Crime, the Gallows, and Trump

In Henry Fielding’s novel Tom Jones, one Ensign Northerton quarrels with our hero and, without warning, deals him a seemingly mortal blow. Placed under arrest, the assailant begins to consider the consequences of his crime. Fielding writes that Northerton:

had a great antipathy to those close winter quarters in the Castle of Gloucester, for which a justice of peace might possibly give him a billet. Nor was he moreover free from some uneasy meditations on a certain wooden edifice, which I forbear to name, in conformity to the opinion of mankind, who, I think, rather ought to honour than to be ashamed of this building, as it is, or at least might be made, of more benefit to society than almost any other public erection.

That edifice was, of course, the gallows. Fielding was no idle spectator in these matters. Besides being a novelist, he was a crime-fighting London magistrate, the co-founder of Britain’s first professional police force. Two years after Tom Jones, he spelled out his recommendations in the 1751 treatise, An Enquiry into the Causes of the Late Increase of Robbers.

What Fielding thought could make the gallows so beneficial to society was to make it inexorable. The “certainty of destruction,” he argued, is essential to deterrence. Criminals, he wrote,

will derive more encouragement from one pardon than diffidence from twenty executions. … If therefore the terror of this example is removed (as it certainly is by frequent pardons) the design of the law is rendered totally ineffectual; the lives of the persons executed are thrown away, and sacrificed rather to the vengeance than to the good of the public, which receives no other advantage than by getting rid of a thief, whose place will immediately be supplied by another.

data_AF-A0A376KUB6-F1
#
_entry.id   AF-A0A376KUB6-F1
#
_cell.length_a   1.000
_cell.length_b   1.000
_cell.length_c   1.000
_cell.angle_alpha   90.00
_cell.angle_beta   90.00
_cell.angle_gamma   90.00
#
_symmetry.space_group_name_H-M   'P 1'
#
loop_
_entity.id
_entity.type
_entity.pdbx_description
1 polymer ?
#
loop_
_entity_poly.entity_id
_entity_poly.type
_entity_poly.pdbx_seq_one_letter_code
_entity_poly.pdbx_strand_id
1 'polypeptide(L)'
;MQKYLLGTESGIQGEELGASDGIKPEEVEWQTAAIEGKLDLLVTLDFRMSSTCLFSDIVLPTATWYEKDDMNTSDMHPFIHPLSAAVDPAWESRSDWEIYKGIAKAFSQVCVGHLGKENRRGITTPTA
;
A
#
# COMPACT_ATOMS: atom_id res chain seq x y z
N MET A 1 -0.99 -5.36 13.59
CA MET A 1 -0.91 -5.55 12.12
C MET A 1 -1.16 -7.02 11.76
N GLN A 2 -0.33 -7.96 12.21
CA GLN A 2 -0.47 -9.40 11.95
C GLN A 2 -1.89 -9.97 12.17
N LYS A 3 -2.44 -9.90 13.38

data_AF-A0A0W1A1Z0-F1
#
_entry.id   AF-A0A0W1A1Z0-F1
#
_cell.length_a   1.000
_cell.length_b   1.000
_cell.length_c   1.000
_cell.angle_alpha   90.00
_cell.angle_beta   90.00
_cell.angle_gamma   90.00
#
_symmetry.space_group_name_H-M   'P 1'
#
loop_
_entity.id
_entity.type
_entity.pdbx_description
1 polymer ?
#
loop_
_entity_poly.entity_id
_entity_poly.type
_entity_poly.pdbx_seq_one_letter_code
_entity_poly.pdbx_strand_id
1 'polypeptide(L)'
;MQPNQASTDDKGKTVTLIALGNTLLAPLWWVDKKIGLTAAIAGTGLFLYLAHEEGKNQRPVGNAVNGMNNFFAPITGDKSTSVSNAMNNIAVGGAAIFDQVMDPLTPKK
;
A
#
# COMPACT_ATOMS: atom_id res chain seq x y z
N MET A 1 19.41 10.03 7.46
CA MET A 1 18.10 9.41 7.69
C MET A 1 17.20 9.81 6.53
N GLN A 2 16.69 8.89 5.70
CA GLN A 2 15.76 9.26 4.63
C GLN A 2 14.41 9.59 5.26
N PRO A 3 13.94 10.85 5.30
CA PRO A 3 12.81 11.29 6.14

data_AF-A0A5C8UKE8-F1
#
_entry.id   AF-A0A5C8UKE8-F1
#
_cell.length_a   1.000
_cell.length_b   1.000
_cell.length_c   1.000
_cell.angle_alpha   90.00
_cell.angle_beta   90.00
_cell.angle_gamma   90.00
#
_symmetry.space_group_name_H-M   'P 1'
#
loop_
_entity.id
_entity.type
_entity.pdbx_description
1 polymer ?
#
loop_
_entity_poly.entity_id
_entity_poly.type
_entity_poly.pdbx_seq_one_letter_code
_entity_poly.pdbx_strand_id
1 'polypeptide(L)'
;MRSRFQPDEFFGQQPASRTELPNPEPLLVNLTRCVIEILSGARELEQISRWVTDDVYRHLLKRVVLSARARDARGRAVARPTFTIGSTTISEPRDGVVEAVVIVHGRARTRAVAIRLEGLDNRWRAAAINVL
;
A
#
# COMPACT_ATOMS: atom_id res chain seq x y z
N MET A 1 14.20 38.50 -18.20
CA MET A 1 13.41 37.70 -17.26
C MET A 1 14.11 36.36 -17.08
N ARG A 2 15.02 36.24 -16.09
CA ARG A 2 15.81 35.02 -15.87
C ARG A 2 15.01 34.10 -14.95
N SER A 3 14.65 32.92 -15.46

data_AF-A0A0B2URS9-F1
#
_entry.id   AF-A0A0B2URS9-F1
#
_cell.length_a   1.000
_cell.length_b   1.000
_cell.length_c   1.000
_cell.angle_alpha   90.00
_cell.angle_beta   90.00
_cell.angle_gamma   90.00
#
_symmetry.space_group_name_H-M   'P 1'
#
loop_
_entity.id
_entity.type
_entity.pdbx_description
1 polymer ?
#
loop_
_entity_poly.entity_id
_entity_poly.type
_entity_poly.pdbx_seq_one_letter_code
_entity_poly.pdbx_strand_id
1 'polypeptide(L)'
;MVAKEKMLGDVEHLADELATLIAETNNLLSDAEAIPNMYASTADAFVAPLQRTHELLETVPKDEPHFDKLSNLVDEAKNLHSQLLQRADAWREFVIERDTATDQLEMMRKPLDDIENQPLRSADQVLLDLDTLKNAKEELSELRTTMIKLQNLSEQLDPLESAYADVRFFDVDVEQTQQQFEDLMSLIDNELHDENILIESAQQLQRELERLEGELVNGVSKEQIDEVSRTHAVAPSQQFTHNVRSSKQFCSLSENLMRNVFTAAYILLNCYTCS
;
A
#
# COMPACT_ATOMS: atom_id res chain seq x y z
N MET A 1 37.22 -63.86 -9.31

Some of Fielding’s ideas—e.g., that executions should no longer be done in public—were eventually adopted. But the English found they could not stomach the continued, let alone inexorable, hanging of people for mere thievery. So with her prison hulks filled to bursting, England hit upon the idea of “getting rid of a thief” by shipping him off to Australia. That process, as Robert Hughes details in The Fatal Shore, involved a great deal of suffering and death. But it at least afforded the convict a hope for survival and a new life.

While there is no longer any question of hanging thieves, Fielding’s point about the “certainty of destruction” has an obvious application to capital punishment’s potential value as a deterrent to murder. I had Fielding in mind when I wrote “How Donald Trump and Friends can Crush the Great Crime Wave” for National Review. I argued that if death for murder is to be an effective deterrent, it cannot remain the extremely rare exception it is now. It must become the rule. And I pointed out the inescapable fact that (given our experience of the past 50 years) only a constitutional amendment can produce that great change.

The Fine Print of Deterrence

My words, sad to say, bore no fruit. With one exception, I don’t believe it’s because National Review’s readers, contributors, and editors don’t care about the thousands—cumulatively, hundreds of thousands—of innocent lives lost to murders that aren’t deterred by a death penalty that isn’t enforced. A more likely cause is that they’ve ruled out the possibility that capital punishment can save those lives. They’ve bought into the idea, assiduously cultivated by liberals, that death does not deter.

That idea amounts to a shibboleth, a means by which the intelligent, educated and enlightened members of the human race identify one another. Its power is such that one stubborn supporter of capital punishment, writing in the Canberra Times in 1997, sought to establish his intellectual bona fides by prefacing his argument with the declaration: “There is absolutely no doubt whatsoever that the death penalty has no deterrent effect.”